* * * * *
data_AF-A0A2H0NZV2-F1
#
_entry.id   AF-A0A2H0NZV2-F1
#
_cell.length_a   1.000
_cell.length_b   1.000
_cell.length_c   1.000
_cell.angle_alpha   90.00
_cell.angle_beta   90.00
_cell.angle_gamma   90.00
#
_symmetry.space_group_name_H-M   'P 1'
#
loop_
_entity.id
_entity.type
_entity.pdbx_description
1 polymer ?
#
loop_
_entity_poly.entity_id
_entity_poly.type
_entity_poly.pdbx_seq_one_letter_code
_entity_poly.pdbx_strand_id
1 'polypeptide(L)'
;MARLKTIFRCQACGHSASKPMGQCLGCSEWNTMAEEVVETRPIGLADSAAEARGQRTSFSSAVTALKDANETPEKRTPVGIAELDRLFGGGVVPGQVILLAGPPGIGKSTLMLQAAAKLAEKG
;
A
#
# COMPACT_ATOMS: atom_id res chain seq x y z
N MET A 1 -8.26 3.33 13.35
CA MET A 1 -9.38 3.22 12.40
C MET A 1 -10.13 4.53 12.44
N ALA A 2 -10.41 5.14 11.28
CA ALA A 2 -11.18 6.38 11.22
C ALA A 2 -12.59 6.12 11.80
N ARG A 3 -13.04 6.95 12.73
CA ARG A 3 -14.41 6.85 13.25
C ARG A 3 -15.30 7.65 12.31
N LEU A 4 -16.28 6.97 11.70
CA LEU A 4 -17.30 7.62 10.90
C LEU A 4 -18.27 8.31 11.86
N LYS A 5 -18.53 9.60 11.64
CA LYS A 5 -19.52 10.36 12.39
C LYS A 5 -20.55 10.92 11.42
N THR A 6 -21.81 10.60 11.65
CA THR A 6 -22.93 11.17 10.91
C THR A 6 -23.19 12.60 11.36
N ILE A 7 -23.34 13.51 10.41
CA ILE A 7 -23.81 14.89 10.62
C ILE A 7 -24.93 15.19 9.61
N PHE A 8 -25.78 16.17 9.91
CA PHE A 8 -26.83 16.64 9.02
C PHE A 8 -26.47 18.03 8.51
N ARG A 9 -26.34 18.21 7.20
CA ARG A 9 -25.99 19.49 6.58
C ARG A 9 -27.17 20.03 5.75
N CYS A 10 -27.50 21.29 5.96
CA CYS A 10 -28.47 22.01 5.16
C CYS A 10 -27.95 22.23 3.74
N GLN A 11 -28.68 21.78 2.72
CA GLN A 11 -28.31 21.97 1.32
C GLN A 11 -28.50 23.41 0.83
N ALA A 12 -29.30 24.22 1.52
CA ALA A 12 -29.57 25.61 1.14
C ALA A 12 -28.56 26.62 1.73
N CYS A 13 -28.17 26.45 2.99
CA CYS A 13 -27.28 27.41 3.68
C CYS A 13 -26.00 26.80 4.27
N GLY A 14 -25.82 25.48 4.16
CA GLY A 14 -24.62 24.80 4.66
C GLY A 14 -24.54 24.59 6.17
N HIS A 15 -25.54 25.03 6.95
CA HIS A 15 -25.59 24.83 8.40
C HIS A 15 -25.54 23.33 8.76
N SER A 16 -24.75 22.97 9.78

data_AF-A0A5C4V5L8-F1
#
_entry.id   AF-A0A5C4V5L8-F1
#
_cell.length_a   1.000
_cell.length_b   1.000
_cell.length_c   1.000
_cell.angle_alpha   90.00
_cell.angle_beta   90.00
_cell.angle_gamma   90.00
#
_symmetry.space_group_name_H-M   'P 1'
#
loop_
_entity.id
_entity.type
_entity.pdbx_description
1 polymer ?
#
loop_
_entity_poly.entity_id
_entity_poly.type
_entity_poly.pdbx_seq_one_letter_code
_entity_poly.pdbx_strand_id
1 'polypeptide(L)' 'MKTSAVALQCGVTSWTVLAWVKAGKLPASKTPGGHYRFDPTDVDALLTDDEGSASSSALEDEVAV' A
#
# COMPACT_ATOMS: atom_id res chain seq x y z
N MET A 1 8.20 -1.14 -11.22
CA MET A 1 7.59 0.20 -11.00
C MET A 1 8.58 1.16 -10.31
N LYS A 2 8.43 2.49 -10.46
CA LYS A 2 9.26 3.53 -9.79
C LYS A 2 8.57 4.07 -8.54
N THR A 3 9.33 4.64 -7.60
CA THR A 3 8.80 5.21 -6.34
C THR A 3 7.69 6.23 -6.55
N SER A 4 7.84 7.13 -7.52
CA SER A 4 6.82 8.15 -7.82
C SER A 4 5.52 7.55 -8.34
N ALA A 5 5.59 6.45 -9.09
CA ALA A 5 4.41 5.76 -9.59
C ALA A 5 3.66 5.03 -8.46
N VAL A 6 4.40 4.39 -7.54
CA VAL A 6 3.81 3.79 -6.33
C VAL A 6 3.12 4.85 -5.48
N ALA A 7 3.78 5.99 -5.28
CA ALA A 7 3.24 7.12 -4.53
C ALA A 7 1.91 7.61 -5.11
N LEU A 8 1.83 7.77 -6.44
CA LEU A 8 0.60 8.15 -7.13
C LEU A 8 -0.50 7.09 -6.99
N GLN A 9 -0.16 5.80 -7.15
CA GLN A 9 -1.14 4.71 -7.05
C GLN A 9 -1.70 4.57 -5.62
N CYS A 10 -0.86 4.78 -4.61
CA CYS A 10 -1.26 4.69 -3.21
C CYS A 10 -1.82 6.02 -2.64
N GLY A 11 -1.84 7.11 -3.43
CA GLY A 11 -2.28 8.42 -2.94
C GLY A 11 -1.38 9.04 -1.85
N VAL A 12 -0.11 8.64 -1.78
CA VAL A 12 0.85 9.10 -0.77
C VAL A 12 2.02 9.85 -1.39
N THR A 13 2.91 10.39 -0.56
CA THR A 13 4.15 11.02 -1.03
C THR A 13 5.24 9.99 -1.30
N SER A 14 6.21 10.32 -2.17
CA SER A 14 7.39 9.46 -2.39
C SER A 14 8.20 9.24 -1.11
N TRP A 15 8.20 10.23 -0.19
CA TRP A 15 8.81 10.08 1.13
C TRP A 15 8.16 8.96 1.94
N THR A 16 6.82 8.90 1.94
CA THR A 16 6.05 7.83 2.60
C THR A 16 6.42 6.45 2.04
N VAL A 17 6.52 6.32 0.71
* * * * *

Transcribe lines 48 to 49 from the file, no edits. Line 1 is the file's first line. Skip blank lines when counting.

C THR A 6 -23.19 12.60 11.36
N ILE A 7 -23.34 13.51 10.41